Archives for category: Thursday TED Talk

I’ve been very silent here over the last two weeks. Originally, I started this blog to get myself started, when I was in a lazy period. Interestingly, it did work. As I started the habit to daily blog, I have gotten more and more active outside that as well. At present, all my personal projects are up and running in a way better fashion than when I started writing.


Basically, I entered my flow. Flow is one of my favourite concepts. My own favourite are the writing flows I’ve been experiencing a lot over the last weeks. Especially in the evening, my fingers just run over my keyboard, writing posts for this blogs, emails to friends, articles and application letters.

I think it’s even a bit similar to a runner’s high. Everybody who has ran a race knows there’s a moment where you don’t feel tired, when you got really in it and it just feels like the street is passing under your feet automatically.

And flow is also the topic of one of my favourite TED talks, by an Hungarian-American professor with a terribly difificult name: Mihaly Csikszentmihaly.


I have been a TED fan for quite some time, and the last months I have been asking myself more and more: where do all these ideas come from?

I mean, from a neurological point of view, can you really say an idea is something that – Eureka! – ‘pops up’ in someone’s brain? Is there suddenly something there – a deep understanding of the working of the economy , the aspiration to write a book about happiness, the dream to meet a personal hero, the idea to call a friend you haven’t seen for a while?

For some of these, possibly yes. But for others, the deep scientifc insights are not just randomly born in someone’s mind. These ideas develop when great thinkers let other people reflect on them. Ideas develop when great minds meet and engage in dialogue. Ideas grow in idea networks. And therefore, coffee houses are great incubators for ideas, as Steven Johson explains.

I am just quickly posting this talk before some friends arrive for dinner, but I should watch it again.

Daniel Pink untidies the knot of motivation and has an answer on the tacky question what a good job involves. In his words, it is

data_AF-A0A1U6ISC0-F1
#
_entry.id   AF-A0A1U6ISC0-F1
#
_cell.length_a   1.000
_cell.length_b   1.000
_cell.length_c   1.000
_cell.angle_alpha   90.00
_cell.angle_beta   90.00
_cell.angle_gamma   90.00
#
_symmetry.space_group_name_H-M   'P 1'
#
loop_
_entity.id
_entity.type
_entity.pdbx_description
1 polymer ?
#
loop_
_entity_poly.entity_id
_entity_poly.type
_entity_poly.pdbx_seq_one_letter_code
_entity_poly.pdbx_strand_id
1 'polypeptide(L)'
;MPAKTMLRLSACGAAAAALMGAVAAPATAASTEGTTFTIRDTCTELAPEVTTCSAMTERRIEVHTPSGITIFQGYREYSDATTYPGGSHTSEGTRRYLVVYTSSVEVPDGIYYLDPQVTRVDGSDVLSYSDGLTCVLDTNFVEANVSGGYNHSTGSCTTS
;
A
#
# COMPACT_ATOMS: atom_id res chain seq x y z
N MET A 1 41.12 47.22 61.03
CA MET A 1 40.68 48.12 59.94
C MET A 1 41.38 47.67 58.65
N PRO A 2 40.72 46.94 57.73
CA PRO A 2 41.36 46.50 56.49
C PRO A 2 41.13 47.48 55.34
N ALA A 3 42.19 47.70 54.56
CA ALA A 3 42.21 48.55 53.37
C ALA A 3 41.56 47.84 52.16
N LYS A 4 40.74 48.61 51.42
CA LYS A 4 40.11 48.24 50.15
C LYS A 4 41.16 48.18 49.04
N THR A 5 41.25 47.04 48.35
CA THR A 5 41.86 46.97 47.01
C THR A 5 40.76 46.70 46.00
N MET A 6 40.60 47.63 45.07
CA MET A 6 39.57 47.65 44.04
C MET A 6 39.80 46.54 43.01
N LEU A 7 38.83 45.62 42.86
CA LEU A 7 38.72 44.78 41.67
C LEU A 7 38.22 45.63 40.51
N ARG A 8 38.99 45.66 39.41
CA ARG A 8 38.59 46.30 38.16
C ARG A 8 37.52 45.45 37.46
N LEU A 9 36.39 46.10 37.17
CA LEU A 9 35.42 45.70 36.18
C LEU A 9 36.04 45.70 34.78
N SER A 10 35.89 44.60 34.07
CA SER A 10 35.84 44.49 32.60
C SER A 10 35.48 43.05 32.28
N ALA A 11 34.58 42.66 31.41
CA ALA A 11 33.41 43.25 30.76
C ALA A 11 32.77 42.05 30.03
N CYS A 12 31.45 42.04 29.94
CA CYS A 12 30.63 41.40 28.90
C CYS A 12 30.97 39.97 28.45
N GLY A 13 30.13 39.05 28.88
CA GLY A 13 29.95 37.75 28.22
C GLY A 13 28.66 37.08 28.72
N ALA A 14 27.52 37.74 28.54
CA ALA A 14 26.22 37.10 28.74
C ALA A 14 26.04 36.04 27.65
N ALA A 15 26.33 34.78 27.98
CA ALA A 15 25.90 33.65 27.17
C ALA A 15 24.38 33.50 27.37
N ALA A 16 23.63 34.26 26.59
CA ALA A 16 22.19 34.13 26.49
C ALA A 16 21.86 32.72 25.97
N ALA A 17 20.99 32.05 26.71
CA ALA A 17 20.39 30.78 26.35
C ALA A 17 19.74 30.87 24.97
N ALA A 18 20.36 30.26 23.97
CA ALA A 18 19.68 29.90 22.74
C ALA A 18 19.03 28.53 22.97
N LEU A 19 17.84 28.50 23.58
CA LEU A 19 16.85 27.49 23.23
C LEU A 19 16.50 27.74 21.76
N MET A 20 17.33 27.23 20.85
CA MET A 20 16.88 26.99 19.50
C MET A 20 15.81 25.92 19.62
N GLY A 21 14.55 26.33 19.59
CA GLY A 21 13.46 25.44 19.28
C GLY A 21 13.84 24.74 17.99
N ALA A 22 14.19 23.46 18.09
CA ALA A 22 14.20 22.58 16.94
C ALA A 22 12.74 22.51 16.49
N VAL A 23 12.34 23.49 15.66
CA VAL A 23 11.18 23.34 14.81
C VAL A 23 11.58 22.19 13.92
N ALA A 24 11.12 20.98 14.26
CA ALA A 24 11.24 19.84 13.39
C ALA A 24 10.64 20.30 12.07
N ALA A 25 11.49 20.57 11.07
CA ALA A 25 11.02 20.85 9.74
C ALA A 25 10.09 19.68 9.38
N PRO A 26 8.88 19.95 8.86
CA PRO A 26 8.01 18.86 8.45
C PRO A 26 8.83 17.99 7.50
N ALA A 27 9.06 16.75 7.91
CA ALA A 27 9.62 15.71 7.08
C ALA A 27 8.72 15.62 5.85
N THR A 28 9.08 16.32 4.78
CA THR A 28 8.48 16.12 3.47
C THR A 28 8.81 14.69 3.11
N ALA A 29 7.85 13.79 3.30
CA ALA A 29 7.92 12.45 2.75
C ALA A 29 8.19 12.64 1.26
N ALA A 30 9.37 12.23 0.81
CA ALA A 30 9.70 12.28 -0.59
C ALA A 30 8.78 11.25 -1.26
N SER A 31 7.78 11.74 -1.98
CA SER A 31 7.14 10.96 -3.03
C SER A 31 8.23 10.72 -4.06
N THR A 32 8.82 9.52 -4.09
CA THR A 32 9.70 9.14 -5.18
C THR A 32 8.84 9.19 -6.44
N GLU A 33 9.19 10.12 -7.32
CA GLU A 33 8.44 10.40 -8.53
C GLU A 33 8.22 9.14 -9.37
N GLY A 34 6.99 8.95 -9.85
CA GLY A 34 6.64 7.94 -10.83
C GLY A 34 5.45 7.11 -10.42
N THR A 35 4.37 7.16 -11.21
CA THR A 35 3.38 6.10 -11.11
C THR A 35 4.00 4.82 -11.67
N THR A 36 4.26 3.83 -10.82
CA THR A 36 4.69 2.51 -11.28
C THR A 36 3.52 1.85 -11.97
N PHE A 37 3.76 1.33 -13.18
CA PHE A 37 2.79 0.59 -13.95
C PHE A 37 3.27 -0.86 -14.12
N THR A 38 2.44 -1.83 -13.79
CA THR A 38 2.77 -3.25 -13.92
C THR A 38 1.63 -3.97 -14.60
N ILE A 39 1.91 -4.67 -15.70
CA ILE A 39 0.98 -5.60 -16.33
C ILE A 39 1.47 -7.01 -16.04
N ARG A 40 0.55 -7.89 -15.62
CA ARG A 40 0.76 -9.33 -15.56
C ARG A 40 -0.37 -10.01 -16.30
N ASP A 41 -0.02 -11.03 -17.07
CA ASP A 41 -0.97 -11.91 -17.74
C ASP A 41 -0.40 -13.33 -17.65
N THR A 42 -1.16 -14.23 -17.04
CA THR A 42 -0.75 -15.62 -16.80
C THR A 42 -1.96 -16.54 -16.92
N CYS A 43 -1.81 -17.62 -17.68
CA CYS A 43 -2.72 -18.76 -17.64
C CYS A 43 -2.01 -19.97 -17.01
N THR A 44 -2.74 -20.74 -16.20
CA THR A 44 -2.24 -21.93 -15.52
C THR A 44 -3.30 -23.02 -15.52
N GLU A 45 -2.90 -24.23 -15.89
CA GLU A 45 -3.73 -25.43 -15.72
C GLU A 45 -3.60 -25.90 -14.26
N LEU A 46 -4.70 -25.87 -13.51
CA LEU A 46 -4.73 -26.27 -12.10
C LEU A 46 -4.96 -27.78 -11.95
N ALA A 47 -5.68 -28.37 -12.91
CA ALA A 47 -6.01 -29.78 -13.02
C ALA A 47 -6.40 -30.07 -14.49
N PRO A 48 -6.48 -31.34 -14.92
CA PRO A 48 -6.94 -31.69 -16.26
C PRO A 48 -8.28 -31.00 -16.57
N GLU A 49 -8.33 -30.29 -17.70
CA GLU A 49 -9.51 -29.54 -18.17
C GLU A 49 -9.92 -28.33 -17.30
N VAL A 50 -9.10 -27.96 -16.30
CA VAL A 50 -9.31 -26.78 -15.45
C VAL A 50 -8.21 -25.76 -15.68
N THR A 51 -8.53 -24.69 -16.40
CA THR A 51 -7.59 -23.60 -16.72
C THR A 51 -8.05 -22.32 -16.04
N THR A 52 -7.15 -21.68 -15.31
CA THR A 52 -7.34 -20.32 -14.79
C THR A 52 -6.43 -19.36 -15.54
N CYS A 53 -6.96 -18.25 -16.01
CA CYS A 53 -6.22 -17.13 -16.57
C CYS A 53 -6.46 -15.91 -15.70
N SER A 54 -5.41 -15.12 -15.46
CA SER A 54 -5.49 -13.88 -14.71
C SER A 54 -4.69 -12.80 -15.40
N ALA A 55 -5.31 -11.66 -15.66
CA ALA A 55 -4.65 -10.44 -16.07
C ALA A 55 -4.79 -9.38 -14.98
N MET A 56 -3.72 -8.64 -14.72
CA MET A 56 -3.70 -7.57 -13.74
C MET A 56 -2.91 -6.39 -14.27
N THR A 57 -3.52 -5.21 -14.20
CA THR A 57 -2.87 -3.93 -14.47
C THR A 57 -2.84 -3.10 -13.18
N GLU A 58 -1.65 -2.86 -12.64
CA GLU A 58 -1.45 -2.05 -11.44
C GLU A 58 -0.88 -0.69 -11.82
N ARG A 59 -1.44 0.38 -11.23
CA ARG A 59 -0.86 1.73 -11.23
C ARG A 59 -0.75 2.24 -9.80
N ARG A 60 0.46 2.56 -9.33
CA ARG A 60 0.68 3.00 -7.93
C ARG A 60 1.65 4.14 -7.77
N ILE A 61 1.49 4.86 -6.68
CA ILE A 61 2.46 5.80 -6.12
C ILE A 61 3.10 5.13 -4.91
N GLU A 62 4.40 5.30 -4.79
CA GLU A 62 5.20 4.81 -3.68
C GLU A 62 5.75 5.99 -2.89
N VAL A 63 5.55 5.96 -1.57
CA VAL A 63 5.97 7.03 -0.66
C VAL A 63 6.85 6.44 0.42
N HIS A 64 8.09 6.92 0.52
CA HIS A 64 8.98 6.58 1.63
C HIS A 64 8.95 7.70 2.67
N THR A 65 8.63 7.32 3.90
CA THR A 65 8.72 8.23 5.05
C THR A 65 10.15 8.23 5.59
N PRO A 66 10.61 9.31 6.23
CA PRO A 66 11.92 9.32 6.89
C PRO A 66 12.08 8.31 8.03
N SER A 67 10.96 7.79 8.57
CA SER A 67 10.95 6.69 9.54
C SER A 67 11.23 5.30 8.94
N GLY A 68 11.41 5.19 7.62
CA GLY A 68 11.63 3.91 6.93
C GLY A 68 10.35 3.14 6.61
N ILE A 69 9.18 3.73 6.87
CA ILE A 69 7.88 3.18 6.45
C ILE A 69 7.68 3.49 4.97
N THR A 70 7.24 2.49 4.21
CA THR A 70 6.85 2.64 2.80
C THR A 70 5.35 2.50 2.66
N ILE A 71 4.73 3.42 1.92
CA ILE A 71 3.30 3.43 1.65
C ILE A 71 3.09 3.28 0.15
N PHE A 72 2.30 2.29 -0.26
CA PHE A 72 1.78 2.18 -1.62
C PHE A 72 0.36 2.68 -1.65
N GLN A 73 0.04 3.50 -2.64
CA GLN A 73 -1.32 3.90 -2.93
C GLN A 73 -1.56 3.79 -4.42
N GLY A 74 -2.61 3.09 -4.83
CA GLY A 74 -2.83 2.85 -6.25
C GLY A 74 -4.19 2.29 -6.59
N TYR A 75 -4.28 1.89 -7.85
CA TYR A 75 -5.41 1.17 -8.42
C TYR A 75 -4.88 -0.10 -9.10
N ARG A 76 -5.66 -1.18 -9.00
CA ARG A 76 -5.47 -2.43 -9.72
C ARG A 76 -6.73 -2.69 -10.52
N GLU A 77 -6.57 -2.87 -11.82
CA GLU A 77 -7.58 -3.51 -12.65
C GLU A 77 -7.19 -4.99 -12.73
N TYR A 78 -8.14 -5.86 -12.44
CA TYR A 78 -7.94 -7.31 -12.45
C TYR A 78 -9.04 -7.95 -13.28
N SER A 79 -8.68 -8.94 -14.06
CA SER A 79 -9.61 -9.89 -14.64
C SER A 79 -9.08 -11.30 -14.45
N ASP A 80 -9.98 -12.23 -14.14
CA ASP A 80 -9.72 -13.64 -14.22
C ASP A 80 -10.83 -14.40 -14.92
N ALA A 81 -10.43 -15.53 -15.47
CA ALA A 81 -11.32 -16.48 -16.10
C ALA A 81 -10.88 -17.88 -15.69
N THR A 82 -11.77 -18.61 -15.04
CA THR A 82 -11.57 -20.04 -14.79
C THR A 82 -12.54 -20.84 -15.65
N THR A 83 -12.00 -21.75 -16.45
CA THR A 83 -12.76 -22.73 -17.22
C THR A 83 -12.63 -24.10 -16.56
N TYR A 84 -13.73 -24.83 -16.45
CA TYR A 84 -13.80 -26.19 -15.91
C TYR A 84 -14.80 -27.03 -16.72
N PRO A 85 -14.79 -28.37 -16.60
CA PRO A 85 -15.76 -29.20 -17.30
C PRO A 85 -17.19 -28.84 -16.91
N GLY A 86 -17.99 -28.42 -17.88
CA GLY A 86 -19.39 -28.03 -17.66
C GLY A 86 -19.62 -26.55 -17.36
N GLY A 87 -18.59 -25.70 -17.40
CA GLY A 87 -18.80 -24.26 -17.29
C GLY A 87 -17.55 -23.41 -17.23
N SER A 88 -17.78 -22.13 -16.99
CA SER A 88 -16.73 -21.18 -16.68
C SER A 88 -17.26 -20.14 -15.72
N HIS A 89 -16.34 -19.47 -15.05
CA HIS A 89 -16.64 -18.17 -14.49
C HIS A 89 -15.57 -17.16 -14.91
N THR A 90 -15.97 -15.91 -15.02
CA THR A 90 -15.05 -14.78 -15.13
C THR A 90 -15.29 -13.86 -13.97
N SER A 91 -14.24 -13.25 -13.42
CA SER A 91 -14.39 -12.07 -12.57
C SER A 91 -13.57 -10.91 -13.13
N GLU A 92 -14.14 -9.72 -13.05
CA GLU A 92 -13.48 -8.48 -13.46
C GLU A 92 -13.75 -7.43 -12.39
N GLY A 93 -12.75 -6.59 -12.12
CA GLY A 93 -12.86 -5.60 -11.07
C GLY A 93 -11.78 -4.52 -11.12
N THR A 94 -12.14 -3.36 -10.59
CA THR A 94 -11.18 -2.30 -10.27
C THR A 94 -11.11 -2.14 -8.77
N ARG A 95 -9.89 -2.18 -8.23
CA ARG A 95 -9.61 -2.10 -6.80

1. mastery – doing something you are actually good at
  2. autonomy – doing things independently
  3. purpose – doing something that matters.

An important lesson for as long as my job hunt continues! For now, I am pretty autonomous, I don’t really feel that I master anything, but the worst part: (apparently) I don’t have a real purpose at the moment.

Anyway, enjoy the talk and be inspired!

I have been looking forward to posting this Tuesday TED Talk for an entire week. Today, I would like to share two TED talks about animals – and how similar they are with human beings.

The first one is about ‘monkeynomics’. People have built complex economic systems. Human beings often display irrational behaviour. To summarise it, human beings have a ‘loss bias’, which means they may take (excessive) risks in order to avoid a loss. Laurie Santos researches whether monkey have the same kind of economically irrational behaviour.

But there is more animals have in common with human beings: some animals can cooperate and have empathy with each other, as Frans de Waal shows.

In this first Thursday TED talk I’ll be weekly posting here, I’d like to share one which is close to the reason why I started this blog.

Sometimes, there are moments in life where not all things are going as smoothly as you’d wish. In those days, it’s important to remember all these great small things that make life awesome – and to actively look for them. TED speaker Neil Pasricha did just that and started the blog 1000 awesome things. Enjoy!